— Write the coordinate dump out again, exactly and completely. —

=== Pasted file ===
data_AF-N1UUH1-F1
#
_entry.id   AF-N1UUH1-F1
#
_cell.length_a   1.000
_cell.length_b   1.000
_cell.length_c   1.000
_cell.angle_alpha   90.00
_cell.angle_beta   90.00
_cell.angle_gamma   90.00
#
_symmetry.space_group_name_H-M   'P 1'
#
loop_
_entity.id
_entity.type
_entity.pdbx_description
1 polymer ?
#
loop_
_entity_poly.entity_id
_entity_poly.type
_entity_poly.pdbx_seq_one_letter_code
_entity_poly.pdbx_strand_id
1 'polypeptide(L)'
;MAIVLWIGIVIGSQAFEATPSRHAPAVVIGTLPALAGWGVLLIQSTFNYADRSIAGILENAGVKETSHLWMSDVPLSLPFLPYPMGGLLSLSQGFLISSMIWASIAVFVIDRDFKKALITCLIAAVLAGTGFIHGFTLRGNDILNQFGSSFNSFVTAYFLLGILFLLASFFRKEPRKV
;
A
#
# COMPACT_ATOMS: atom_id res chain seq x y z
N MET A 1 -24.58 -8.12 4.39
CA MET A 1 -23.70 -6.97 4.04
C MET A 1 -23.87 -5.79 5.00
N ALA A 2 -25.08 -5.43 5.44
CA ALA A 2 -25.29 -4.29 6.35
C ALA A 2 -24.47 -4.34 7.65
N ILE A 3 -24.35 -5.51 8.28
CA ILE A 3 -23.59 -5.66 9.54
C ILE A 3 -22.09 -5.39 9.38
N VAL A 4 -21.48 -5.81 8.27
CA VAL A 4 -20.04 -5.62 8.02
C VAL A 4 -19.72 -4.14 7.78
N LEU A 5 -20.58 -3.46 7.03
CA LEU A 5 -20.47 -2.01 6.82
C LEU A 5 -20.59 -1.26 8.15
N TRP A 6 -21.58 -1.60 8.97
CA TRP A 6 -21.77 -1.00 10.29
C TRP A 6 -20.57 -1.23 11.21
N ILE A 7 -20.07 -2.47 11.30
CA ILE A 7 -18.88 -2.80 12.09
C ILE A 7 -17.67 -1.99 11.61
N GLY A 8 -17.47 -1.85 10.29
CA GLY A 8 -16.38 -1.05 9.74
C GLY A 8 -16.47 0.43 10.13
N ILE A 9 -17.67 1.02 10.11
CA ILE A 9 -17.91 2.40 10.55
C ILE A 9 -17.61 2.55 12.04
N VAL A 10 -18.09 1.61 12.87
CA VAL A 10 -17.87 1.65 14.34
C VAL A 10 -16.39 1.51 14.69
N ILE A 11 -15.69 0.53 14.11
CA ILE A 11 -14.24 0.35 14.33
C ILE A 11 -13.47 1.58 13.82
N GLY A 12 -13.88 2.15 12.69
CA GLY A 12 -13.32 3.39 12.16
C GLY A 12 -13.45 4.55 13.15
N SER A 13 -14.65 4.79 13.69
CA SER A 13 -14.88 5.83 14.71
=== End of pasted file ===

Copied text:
data_AF-N1UUH1-F1
#
_entry.id   AF-N1UUH1-F1
#
_cell.length_a   1.000
_cell.length_b   1.000
_cell.length_c   1.000
_cell.angle_alpha   90.00
_cell.angle_beta   90.00
_cell.angle_gamma   90.00
#
_symmetry.space_group_name_H-M   'P 1'
#
loop_
_entity.id
_entity.type
_entity.pdbx_description
1 polymer ?
#
loop_
_entity_poly.entity_id
_entity_poly.type
_entity_poly.pdbx_seq_one_letter_code
_entity_poly.pdbx_strand_id
1 'polypeptide(L)'
;MAIVLWIGIVIGSQAFEATPSRHAPAVVIGTLPALAGWGVLLIQSTFNYADRSIAGILENAGVKETSHLWMSDVPLSLPFLPYPMGGLLSLSQGFLISSMIWASIAVFVIDRDFKKALITCLIAAVLAGTGFIHGFTLRGNDILNQFGSSFNSFVTAYFLLGILFLLASFFRKEPRKV
;
A
#
# COMPACT_ATOMS: atom_id res chain seq x y z
N MET A 1 -24.58 -8.12 4.39
CA MET A 1 -23.70 -6.97 4.04
C MET A 1 -23.87 -5.79 5.00
N ALA A 2 -25.08 -5.43 5.44
CA ALA A 2 -25.29 -4.29 6.35
C ALA A 2 -24.47 -4.34 7.65
N ILE A 3 -24.35 -5.51 8.28
CA ILE A 3 -23.59 -5.66 9.54
C ILE A 3 -22.09 -5.39 9.38
N VAL A 4 -21.48 -5.81 8.27
CA VAL A 4 -20.04 -5.62 8.02
C VAL A 4 -19.72 -4.14 7.78
N LEU A 5 -20.58 -3.46 7.03
CA LEU A 5 -20.47 -2.01 6.82
C LEU A 5 -20.59 -1.26 8.15
N TRP A 6 -21.58 -1.60 8.97
CA TRP A 6 -21.77 -1.00 10.29
C TRP A 6 -20.57 -1.23 11.21
N ILE A 7 -20.07 -2.47 11.30
CA ILE A 7 -18.88 -2.80 12.09
C ILE A 7 -17.67 -1.99 11.61
N GLY A 8 -17.47 -1.85 10.29
CA GLY A 8 -16.38 -1.05 9.74
C GLY A 8 -16.47 0.43 10.13
N ILE A 9 -17.67 1.02 10.11
CA ILE A 9 -17.91 2.40 10.55
C ILE A 9 -17.61 2.55 12.04
N VAL A 10 -18.09 1.61 12.87
CA VAL A 10 -17.87 1.65 14.34
C VAL A 10 -16.39 1.51 14.69
N ILE A 11 -15.69 0.53 14.11
CA ILE A 11 -14.24 0.35 14.33
C ILE A 11 -13.47 1.58 13.82
N GLY A 12 -13.88 2.15 12.69
CA GLY A 12 -13.32 3.39 12.16
C GLY A 12 -13.45 4.55 13.15
N SER A 13 -14.65 4.79 13.69
CA SER A 13 -14.88 5.83 14.71